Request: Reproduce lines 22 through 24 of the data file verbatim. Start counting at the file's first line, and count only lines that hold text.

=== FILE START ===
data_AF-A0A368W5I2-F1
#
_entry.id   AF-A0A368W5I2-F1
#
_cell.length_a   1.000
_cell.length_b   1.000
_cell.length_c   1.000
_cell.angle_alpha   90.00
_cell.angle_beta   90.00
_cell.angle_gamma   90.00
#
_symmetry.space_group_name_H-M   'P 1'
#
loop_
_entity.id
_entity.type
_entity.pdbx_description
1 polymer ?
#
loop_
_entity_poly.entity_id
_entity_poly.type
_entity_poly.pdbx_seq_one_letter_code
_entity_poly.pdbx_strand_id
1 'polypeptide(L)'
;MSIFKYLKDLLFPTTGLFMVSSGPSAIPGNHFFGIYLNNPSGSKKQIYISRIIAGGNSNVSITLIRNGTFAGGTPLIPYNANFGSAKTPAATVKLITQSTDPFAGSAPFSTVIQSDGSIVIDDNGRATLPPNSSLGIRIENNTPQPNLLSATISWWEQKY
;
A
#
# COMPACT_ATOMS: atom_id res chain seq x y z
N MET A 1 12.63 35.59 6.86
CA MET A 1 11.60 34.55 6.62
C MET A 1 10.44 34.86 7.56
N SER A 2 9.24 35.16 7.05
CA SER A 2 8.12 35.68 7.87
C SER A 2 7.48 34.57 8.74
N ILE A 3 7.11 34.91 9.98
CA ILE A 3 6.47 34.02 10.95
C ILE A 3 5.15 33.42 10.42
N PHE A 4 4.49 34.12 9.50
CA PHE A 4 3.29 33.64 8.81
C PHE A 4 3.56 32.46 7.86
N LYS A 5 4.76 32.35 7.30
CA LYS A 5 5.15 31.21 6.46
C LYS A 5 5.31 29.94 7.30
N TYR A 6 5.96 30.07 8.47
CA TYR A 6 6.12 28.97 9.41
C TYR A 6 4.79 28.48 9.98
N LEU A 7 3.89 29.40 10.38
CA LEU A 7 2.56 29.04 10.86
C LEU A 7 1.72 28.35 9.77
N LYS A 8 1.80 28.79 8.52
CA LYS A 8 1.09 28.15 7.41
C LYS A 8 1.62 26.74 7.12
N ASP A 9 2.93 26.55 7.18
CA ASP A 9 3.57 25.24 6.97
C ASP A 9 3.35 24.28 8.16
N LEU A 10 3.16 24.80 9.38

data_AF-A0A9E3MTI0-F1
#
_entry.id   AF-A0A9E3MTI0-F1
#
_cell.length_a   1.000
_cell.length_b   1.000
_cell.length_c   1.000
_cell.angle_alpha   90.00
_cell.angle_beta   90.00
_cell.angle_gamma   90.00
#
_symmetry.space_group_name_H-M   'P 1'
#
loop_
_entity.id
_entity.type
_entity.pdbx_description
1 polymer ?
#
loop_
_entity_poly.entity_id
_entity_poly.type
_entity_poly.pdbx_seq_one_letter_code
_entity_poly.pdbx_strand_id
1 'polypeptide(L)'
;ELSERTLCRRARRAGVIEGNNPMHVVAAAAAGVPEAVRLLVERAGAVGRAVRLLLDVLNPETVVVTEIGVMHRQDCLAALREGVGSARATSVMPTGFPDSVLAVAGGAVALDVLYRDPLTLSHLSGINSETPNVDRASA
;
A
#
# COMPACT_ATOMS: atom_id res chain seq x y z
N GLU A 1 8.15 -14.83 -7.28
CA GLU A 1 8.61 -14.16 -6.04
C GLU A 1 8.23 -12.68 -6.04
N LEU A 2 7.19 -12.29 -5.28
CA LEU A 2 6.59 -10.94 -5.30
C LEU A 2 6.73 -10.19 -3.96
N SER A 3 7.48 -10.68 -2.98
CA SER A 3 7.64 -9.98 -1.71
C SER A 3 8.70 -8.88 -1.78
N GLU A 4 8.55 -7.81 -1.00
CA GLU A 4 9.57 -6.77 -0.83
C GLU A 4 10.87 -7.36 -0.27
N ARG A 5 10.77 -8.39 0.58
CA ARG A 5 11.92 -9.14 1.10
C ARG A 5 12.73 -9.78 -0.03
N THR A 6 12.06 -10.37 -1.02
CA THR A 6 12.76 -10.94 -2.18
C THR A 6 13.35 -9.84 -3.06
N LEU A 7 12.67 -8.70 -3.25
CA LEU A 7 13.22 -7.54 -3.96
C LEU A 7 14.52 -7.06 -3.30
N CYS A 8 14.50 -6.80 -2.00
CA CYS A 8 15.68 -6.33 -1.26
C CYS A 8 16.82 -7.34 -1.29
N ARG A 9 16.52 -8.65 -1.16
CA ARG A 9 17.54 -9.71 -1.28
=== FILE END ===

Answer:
_entity_poly.type
_entity_poly.pdbx_seq_one_letter_code
_entity_poly.pdbx_strand_id